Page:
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Old Road Rules Powered by Politeness, Fashion, and Safety

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1937 Cadillac Series 60 Sedan

Drivers today are well-schooled in the rules of the road. Whether or not they follow them, well, that’s a different story.

Yet, back in the day, when the whole driving craze got rolling, official rules and laws were less spelled out, and instead people were instructed “not only to be polite to their fellow drivers (and passengers), but to also keep everyone safe on the road,” according to the experts at MentalFloss.com.


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One rule that has not stood the test of time, however, since modern cars have windows, doors, and roofs, involves donning specialized motoring suits complete with head covering, gloves, goggles, and a long coat or duster to protect the driver from flying dirt, dust, and grime, reports MentalFloss.com.

Solo road trips were inconceivable in the 1800s, according to MentalFloss.com who cites the United Kingdom’s 1865 Locomotive Act, which “stipulated that at least three people must be present during all road trips: one to drive, a stoker, and one person to walk in front of the vehicle with a red flag and lantern,” to ensure the car drove super slowly and that other pedestrians and cars knew it was achieving a snail’s-like pace.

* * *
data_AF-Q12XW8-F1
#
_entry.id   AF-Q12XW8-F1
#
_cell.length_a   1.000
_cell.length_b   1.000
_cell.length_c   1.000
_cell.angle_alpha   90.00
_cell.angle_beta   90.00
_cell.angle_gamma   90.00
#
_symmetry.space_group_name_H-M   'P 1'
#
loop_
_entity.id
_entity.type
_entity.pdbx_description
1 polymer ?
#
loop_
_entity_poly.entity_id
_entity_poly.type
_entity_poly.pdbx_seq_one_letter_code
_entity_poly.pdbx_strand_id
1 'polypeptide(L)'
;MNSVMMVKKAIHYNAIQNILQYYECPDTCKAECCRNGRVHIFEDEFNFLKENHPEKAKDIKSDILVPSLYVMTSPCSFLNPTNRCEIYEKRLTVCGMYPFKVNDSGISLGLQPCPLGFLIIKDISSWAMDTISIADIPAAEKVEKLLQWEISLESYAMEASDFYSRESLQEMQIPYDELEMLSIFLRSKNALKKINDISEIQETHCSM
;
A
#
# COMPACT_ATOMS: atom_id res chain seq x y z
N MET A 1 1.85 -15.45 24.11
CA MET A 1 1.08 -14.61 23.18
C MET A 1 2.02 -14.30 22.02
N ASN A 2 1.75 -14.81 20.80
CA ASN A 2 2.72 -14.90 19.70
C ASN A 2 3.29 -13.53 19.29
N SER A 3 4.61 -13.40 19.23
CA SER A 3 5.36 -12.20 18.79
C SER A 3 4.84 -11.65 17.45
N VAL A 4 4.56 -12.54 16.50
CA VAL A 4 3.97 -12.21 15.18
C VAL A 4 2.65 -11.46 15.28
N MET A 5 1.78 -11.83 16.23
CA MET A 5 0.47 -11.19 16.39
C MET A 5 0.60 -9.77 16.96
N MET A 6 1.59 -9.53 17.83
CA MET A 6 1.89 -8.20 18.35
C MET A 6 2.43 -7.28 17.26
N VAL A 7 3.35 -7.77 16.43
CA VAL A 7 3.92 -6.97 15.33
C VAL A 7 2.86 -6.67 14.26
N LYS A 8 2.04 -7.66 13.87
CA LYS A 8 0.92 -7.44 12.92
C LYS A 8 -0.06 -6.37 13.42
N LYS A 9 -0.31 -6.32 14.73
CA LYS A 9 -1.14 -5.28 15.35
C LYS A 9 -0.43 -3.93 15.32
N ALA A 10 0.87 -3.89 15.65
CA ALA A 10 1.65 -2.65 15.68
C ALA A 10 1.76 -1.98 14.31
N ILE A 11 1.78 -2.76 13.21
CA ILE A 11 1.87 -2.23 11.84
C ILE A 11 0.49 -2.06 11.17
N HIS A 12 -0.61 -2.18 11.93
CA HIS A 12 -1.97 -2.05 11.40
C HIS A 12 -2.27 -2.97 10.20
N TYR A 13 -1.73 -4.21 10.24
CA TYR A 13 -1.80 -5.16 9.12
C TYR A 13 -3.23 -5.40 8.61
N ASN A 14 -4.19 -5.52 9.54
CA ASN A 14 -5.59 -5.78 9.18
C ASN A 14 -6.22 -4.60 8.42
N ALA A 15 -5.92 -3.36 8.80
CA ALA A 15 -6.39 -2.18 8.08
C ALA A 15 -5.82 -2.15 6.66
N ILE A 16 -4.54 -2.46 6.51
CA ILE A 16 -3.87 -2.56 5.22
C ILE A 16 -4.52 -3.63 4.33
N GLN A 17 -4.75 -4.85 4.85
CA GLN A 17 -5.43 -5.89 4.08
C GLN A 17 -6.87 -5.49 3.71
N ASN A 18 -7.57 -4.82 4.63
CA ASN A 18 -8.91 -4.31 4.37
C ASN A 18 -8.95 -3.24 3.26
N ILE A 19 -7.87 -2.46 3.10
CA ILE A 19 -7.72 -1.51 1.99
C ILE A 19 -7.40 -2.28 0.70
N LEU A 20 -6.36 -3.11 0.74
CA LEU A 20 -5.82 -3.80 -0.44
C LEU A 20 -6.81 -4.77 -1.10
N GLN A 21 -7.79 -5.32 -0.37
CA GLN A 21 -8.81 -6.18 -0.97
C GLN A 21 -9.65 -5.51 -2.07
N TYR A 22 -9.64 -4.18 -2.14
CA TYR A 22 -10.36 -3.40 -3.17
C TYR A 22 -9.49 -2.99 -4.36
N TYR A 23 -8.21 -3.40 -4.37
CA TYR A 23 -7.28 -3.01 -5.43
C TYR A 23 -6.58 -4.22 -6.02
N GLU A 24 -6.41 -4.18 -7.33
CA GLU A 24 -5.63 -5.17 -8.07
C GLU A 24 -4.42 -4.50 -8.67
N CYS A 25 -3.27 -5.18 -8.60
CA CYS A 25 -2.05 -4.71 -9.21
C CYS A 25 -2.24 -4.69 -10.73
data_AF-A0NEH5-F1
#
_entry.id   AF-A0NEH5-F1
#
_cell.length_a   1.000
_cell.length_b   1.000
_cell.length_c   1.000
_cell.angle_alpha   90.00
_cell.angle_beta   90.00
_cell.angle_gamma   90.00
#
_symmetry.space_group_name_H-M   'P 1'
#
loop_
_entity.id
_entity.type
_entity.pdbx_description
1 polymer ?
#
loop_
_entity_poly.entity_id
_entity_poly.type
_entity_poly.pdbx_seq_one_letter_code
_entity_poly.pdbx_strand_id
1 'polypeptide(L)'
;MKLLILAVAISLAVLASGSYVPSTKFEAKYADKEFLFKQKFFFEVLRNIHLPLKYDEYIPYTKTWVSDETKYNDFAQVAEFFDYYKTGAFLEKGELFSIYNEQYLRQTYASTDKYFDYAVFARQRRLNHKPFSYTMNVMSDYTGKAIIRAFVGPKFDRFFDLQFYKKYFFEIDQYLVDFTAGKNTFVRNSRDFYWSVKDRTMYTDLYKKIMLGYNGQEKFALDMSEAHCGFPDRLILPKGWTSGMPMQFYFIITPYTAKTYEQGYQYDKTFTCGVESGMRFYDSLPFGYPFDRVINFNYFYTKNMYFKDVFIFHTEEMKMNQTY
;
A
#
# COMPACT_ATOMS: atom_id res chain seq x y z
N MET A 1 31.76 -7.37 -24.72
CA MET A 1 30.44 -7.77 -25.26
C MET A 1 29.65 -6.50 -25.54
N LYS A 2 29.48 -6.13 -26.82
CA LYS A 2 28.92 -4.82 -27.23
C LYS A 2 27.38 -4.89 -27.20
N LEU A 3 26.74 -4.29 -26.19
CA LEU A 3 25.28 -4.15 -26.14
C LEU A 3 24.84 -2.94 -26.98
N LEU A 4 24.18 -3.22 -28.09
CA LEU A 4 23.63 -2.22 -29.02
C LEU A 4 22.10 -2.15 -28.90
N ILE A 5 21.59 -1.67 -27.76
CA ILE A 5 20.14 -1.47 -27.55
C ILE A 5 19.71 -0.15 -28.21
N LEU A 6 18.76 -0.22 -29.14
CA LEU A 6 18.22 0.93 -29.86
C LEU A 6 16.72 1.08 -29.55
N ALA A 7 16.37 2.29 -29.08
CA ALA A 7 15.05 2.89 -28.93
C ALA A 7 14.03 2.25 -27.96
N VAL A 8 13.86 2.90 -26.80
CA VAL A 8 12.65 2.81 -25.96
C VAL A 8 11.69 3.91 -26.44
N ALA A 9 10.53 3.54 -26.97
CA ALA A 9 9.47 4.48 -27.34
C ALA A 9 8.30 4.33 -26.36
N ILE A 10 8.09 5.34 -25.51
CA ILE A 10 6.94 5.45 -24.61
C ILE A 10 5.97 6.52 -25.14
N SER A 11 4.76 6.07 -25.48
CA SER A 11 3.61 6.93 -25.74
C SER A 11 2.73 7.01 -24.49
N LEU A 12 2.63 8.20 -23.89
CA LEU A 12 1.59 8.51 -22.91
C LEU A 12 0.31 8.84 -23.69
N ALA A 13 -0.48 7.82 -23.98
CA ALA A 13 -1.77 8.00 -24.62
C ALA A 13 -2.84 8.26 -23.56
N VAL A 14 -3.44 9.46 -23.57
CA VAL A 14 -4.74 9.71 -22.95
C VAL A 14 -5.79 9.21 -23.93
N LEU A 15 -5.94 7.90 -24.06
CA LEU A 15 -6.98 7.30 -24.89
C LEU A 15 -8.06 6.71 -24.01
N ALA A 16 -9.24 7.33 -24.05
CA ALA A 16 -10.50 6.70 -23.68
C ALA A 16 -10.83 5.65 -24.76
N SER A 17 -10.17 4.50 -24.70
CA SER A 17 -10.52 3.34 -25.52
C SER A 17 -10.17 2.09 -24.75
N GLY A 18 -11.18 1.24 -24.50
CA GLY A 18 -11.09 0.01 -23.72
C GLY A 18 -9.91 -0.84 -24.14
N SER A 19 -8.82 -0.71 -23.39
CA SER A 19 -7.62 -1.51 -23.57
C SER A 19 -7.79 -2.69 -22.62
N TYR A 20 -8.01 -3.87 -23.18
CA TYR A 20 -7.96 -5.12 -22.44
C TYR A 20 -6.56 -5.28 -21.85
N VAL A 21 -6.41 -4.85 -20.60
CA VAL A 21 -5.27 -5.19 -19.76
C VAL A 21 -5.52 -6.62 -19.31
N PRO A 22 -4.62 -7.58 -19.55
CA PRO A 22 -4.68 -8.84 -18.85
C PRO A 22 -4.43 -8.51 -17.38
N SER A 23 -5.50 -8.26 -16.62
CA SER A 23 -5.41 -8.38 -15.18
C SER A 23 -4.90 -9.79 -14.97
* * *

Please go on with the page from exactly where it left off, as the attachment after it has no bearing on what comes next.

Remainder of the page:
Alcohol was not to be consumed by the driver or the passengers, reports MentalFloss.com, just in case the driver became incapacitated and needed to resign that responsibility to one of the passengers.


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Often our out-of-town guests are left to fend for themselves in terms of getting to a loved one’s residence. But back in the day, decorum insisted that a host bear the responsibility of securing transportation for their guests, whether by picking them up at the station or coughing up the money for a taxi or other mode of transport, according to MentalFloss.com.

Talking too much as a passenger was also frowned upon according to MentalFloss.com who cites a 1920s rule that the less talking the better because too much talking annoyed the driver and implied that the passenger was not impressed with the landscape.

Even though these rules are outdated, the core of them still rings true today—drivers need to exercise caution, abstain from alcohol, think of others, and avoid distractions while driving.

News Source: Mental Floss